Let me see here. According to the history books, Civil Rights were won in the 60s with the signing of the Civil Rights Act pushed by Republicans and signed into law by Lyndon Baines Johnson. Al Sharpton now wants to secure his place in history as the Supreme Black Leader of our generation by going back to the past and creating a “New Civil Rights Movement?”
On December 13, 2014, Sharpton looks to lead yet another March on DC to correct police across the nation.
“We are not advocating violence, we are asking that police violence stop.” – Al Sharpton
I find this statement to be hollow. Not only does Sharpton have a history of destruction and violence in the wake of his prior public outcries, such as Freddie’s Fashion Mart, Tawanna Brawley and the Duke Lacrosse fiasco, His recent whipping of the media circus no doubt contributed to the violence and destruction in Ferguson. From another point of view, does Sharpton have a job? As a cleric, isn’t he supposed to help empower people and help them to learn love and forgiveness? Where is his flock? What congregation has he ever tended in the name of the Lord? He performs on the world stage using the title of Reverend to stir up controversy and hatred. He fancies himself one to be revered, and actually does little if anything to demonstrate the behavior of one who ought to be.
Sharpton was a great quasi-vaudevillian act when he would periodically appear on the "Morton Downey Jr. Show" decades ago. It was quite amusing watching the pseudo-civil rights leader engage in polemics on race with coiffed curly locks, a satin jumpsuit and a massive medallion hanging down from his neck. I always thought it was just theatrics on par with professional wrestling without the steroids and tights. Slicking back the hair, dropping a massive amount of weight, and wearing Armani suits cannot change that fact. It is still the same message of hate, oppression and systematic denial of basic rights that he peddles to the same constituency of poor black Americans who fill his coffers and rally around him.
Yet this man, often invited to the inner sanctum of the White House as of late, seems immune to the same level of accountability and responsibility that he would call out from others. A blatant tax evader who currently owes over $4M in back taxes puts himself out there to be admired and followed? Doesn’t it speak to a level of arrogance to believe that he is immune from what the rest of working Americans are required to do? And for those of you, who like to scream about the 1% not paying their share, look at who you just picked to lead you. He is so far removed from the struggle of the inner city black communities, I really can’t fathom why anyone thinks he functions a spokesperson. At best he is referencing his own experience as a young black man decades ago and how the world has changed.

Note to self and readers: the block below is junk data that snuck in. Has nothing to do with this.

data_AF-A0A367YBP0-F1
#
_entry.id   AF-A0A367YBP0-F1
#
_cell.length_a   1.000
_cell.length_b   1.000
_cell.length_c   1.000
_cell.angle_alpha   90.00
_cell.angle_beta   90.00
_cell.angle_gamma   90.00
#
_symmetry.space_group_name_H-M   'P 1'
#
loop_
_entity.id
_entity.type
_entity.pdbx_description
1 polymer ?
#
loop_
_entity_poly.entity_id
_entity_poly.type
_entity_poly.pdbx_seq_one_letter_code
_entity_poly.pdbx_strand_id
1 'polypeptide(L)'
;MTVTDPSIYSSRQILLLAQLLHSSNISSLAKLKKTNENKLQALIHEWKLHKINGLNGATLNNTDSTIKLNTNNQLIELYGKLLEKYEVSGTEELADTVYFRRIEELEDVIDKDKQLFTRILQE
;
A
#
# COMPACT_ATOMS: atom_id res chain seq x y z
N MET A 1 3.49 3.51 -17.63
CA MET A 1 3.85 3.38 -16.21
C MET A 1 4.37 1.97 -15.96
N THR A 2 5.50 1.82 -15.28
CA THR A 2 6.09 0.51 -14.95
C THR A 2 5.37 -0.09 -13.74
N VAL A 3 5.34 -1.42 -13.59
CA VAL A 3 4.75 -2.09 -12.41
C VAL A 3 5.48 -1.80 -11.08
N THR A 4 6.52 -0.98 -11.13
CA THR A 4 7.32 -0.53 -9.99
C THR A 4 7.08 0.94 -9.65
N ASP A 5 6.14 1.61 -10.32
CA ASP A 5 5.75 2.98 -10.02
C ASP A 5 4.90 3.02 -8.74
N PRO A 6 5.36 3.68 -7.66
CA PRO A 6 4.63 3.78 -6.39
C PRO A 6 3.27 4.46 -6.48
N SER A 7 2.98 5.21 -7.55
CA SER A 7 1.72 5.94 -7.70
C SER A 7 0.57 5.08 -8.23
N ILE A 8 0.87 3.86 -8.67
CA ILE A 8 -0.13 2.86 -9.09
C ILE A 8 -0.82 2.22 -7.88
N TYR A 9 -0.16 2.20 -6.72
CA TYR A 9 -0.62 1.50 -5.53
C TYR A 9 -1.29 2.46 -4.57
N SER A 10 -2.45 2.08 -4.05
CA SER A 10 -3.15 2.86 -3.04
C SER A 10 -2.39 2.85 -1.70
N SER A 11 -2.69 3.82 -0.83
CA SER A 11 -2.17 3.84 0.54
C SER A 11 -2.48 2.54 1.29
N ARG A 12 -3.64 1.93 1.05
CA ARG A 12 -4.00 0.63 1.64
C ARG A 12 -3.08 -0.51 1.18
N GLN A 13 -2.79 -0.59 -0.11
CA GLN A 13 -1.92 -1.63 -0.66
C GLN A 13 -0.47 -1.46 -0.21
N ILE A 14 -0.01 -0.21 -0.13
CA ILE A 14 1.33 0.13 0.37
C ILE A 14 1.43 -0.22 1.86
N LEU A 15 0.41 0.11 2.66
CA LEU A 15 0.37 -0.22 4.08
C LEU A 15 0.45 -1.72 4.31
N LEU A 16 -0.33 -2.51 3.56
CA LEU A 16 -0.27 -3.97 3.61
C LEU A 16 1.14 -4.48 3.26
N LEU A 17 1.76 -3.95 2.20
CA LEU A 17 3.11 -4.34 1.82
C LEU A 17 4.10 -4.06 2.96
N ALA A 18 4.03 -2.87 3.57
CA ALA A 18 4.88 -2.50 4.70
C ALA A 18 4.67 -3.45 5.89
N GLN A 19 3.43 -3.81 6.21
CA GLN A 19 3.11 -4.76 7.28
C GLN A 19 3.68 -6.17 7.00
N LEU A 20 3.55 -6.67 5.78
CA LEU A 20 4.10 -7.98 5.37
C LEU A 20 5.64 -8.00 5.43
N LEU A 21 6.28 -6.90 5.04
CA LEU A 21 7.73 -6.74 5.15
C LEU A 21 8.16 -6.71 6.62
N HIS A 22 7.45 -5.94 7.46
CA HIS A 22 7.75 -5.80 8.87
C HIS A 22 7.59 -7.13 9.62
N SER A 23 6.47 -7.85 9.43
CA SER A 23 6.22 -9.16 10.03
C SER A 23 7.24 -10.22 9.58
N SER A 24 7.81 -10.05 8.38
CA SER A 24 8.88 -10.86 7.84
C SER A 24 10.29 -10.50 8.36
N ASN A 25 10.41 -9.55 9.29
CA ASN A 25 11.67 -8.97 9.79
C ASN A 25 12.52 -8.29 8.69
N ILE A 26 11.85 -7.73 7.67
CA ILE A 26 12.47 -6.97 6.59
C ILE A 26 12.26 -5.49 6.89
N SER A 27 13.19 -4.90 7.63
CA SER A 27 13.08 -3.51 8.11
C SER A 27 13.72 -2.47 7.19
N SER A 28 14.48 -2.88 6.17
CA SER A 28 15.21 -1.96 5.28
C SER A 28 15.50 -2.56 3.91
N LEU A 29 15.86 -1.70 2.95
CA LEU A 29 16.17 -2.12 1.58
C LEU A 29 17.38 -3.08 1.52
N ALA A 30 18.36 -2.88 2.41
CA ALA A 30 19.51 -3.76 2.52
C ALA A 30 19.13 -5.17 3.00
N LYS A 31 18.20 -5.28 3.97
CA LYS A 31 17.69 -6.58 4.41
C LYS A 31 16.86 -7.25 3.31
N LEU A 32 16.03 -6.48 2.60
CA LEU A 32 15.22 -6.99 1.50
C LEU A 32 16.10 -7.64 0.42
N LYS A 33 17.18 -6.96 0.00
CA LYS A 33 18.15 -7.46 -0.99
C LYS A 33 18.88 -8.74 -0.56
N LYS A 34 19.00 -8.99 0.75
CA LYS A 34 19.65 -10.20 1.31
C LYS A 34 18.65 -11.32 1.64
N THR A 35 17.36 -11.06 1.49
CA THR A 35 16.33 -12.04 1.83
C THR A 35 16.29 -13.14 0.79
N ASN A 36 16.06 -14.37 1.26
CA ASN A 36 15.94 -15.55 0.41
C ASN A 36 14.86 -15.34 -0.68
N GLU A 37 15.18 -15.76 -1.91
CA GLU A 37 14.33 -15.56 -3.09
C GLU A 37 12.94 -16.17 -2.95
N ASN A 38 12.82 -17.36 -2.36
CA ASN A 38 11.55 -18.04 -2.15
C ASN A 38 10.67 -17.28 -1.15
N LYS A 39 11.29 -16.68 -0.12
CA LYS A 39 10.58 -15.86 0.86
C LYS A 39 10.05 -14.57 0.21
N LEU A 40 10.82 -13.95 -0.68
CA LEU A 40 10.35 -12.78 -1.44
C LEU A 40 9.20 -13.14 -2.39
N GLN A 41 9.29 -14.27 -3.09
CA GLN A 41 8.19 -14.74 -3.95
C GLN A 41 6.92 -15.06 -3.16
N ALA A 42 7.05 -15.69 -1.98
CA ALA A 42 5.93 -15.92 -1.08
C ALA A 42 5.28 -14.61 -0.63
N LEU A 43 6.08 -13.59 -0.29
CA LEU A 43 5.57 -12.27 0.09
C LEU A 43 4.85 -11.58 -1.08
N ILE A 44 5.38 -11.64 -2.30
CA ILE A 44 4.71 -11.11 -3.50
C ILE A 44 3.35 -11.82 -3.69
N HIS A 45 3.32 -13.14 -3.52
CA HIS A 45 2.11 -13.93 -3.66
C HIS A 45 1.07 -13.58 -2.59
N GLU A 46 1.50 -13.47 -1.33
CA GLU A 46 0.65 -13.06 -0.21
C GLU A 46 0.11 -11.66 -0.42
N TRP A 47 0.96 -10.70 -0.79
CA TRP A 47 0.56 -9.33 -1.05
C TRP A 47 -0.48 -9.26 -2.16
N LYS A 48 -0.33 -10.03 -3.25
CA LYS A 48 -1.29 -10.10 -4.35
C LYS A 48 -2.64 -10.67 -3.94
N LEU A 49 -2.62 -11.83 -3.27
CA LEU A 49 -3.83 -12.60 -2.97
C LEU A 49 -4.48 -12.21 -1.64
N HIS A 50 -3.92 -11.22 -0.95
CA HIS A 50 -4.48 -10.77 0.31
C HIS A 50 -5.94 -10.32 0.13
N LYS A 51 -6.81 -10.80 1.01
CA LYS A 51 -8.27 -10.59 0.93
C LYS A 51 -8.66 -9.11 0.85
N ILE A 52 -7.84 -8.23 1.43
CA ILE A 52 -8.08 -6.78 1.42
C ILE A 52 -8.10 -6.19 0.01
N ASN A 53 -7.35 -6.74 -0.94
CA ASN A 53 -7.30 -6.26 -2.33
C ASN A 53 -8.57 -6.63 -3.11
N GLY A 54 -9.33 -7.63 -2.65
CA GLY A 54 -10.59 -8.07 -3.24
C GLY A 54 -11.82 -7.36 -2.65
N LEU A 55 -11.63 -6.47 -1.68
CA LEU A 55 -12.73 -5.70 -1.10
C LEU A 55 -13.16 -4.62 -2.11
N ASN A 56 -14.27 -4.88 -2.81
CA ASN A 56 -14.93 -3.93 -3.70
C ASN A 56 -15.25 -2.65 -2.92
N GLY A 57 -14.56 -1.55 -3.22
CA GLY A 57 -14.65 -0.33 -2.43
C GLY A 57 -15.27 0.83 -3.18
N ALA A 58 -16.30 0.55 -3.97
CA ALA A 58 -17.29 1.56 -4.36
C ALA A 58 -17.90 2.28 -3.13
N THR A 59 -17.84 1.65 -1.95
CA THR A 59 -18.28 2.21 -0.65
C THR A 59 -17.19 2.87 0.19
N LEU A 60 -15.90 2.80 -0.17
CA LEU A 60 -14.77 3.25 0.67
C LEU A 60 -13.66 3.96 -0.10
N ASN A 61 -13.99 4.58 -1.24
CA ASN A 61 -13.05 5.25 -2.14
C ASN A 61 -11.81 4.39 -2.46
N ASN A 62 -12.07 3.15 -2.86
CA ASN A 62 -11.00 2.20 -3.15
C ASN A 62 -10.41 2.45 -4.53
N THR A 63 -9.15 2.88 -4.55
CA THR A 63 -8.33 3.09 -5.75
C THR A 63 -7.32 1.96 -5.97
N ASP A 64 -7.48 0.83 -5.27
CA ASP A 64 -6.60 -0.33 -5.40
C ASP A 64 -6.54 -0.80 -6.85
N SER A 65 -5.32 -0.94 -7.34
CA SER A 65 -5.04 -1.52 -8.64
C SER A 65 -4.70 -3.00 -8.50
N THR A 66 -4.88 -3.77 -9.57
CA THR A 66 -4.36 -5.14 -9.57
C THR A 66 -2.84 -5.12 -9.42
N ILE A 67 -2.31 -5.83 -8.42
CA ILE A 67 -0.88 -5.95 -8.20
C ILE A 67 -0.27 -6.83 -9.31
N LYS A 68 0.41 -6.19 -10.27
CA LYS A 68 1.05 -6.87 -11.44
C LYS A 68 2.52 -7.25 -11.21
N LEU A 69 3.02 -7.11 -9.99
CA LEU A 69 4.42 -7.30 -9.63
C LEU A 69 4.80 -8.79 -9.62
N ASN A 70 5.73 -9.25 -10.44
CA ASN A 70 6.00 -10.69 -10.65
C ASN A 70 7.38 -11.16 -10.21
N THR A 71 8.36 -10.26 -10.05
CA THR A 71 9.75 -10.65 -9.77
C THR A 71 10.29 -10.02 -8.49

Eventually, the curtain will fall and Sharpton will have to exit stage left. Whatever needs to be done to heal the racial divide requires the actions of mature adults and not those who would liken 2014 to the struggles of the 1960’s. We do not need marches and tired renditions of “We Shall Overcome” or slogans like “Hands Up Don’t Shoot”. The Black community needs real and difficult conversation about the culture that has evolved since the 1960’s in our inner city communities. We need to question how we let what was supposed to be a “hand up” becomes a way of life for many Black Americans in the inner city.
Instead of taking a hard look inside our communities, Al Sharpton has decided to take to the stage again and march on Washington. This time the rallying cry is police brutality and targeting of blacks by law enforcement. I would beg those of you inclined to follow his lead, please, look at the statistics from the FBI and other organizations. Look up real data and see that this is not the problem on a national scope that Mr. Sharpton and the Liberal media would have you believe. The problems in our communities will not be solved with marches and rallying cries. They will be solved with hard work, difficult conversation and changing the culture of our inner city communities. We need economic and community plans to help minorities of all races see the light at end of the tunnel and feel they can take control of their own destiny. This poverty pimp’s time is over.